I've helped a number of university-to-university collaborations get established and then operate.
And that got me thinking about models of support that could do both - (1) support the initiative, and; (2) freely give out the advice to use their model without that advice having bias as well. Or the perception of bias.
To this point, the models I have seen could be categorised into two areas:
- Third party support - Like me or some other non-university entity supporting university collaboration. This works relatively well. But there are problems. For example, as a small independent contractor I can be seen as a risk. It is easier for me to fail and thus the initiative might go under too. If you use a larger independent contractor, like a small, medium or even big consulting house, you can mitigate against that risk. But the price, quite literally, is increased financial cost to the initiative. I have also seen special interest groups come in and operate or manage an initiative. And of course, they have their own biases towards their special interest or their members. So, third parties are not always independent and not always useful.
- University support - This is where the universities themselves hire a person to do the collaborative support work. Often, they are called a project officer. Often, they are based at the lead university. The one who is handling the money, and contracts. The problem with this model is the perception of bias. That the project officer is being persuaded to make, recommend or take certain decisions. This model also tends to mean the bigger universities are often required to manage contracts, finances, and project officers. Perhaps entrenching bias or feels of bias.
But here's what I think - universities should support each other through a pool of collaboration managers or project officers.
Here's how it would work.
Each university in the scheme would allocate one full-time equivalent staff member to supporting collaborations. And ideally it would be one person, maybe two.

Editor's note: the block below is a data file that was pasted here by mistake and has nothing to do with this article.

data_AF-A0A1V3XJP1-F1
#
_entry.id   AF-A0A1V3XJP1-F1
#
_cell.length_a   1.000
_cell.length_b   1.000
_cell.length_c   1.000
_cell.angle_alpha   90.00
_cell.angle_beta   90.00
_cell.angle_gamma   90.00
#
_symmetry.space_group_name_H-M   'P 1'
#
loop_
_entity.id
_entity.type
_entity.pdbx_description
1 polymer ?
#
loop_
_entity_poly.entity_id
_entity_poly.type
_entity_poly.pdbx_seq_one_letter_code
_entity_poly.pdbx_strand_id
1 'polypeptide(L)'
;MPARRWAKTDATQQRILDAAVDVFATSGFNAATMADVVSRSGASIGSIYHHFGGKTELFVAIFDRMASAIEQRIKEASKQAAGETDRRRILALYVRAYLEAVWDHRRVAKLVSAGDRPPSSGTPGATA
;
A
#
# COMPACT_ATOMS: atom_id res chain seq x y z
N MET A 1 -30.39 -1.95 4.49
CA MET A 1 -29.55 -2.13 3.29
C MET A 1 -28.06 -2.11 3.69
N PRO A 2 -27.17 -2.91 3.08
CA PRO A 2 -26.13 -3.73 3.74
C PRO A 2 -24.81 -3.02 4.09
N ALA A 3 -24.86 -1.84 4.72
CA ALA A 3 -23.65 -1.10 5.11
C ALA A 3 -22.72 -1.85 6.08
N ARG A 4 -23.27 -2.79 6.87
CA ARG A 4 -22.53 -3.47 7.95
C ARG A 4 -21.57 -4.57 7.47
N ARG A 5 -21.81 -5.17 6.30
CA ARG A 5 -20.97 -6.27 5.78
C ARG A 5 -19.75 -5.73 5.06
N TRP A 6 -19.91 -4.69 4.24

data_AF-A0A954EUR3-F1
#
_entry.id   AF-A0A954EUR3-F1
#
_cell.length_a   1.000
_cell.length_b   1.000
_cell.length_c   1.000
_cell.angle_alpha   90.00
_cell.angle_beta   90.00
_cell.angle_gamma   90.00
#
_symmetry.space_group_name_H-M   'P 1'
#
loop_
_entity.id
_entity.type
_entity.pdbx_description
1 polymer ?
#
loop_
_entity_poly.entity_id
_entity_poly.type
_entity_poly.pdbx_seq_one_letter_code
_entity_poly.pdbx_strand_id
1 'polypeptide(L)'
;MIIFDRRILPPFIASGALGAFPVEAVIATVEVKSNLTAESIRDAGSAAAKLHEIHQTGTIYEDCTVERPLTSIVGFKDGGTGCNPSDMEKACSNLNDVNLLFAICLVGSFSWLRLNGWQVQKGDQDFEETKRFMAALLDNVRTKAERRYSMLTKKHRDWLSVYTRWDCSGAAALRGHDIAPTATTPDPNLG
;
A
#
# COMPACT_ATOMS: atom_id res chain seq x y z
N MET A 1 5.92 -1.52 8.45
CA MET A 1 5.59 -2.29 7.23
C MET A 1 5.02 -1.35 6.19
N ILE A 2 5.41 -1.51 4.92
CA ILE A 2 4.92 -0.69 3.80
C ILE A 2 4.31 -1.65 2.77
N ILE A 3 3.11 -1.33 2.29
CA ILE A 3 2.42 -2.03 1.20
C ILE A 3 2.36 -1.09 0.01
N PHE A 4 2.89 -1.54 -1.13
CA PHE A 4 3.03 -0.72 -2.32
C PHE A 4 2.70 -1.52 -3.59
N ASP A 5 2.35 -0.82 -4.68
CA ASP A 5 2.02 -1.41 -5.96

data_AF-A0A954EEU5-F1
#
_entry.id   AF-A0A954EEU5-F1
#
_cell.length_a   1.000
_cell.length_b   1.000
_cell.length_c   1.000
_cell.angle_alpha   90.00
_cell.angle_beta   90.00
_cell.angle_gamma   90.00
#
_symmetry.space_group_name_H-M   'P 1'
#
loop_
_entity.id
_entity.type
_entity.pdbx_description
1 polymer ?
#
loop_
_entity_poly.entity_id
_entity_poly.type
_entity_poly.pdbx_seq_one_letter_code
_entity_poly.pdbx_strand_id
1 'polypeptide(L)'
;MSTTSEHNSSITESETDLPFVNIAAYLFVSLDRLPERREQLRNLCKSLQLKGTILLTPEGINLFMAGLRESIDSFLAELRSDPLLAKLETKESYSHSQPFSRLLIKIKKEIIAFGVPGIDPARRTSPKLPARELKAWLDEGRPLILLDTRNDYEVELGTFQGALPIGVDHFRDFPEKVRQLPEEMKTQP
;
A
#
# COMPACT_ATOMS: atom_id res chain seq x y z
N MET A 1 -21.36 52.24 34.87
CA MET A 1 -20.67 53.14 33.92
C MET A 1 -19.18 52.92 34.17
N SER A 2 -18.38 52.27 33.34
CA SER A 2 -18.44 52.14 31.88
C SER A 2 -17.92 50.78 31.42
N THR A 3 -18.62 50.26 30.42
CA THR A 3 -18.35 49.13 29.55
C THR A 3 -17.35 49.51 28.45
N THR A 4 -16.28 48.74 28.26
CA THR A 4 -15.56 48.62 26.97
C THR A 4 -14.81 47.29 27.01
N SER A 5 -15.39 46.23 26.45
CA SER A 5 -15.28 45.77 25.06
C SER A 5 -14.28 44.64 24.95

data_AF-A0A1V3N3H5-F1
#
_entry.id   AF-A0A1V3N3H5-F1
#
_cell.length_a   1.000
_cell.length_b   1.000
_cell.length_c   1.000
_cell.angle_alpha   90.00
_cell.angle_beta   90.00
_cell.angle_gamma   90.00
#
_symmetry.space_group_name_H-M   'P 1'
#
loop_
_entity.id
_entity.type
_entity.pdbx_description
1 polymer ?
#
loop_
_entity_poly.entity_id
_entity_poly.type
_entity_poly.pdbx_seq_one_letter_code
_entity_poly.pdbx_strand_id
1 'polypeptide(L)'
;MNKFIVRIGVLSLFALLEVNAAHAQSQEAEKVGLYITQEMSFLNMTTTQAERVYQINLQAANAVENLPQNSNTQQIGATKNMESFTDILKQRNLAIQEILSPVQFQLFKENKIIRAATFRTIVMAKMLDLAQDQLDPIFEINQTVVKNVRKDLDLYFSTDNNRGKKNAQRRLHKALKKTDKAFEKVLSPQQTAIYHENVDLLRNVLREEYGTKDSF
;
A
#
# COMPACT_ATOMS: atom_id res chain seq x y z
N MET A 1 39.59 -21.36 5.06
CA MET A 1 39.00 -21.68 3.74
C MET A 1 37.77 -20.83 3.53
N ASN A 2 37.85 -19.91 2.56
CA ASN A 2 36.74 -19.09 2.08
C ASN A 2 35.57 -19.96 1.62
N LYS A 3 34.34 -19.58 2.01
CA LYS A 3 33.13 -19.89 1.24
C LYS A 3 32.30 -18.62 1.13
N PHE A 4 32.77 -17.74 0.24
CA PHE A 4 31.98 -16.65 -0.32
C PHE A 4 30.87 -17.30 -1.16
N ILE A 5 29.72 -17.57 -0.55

So, in Victoria (Australia, where I live) if each university were on-board, they'd commit 1 FTE to the project. That'd make 8 FTE. These FTE are just numbers and names on paper. There's no additional funds to be allocated. There's no additional workspace to be found. People performing these roles usually are already working on university projects. But now, I'm saying they are notionally put into a pool.
Each person in the pool knows they are part of the pool. And they know everyone else in the pool. The pool meets regularly somewhere between 2 and 6 times per year for between 1 hour and a day - depending on the project load and topics for discussion. If there are zero multi-university collaborative projects, the pool might meet twice a year for an hour each time to discuss how they manage internal work. If there are 8 projects (i.e. One per person), then they might meet bi-monthly for an hour to share information, and then once a year for a half-day to discuss best practice and opportunities for inter-initiative collaboration.
Now, let's say there's a new collaborative project proposed between three universities. If the three universities agree it is worth pursuing, then the project automatically gets support from the pool of collaboration managers. BUT, the FTE must come from the other five universities. That is, the individual(s) involved in collaboration management cannot be from the participating universities.
That way, there's no additional cost to the participants. The knowledge about collaborations and their management is built and retained by the universities. Staff learn from projects and how other universities operate, thus being able to report on how their own university could improve.
If there is a project that involves all universities, then support might be rotated and kept separate from the university managing the contracts and finance. Or the various projects to be managed (e.g. website, events, meetings, and supporting special interest groups) could be managed by different people.
Anyway, just a thought on how things could operate.
What do you think? Is it useful? Or rubbish?
Dr Richard Huysmans is the author of Connect the Docs: A Guide to getting industry partners for academics. He excels in supporting university to university collaborations. He is driven by the challenge of bringing together academics to consensus; helping researchers be collaboratively smart. Richard’s strategic approach to collaboration and cooperation has been making the impossible possible for more than a decade years. His clients appreciate his cut-through approach. He knows the sector and how to turn ideas into reality.
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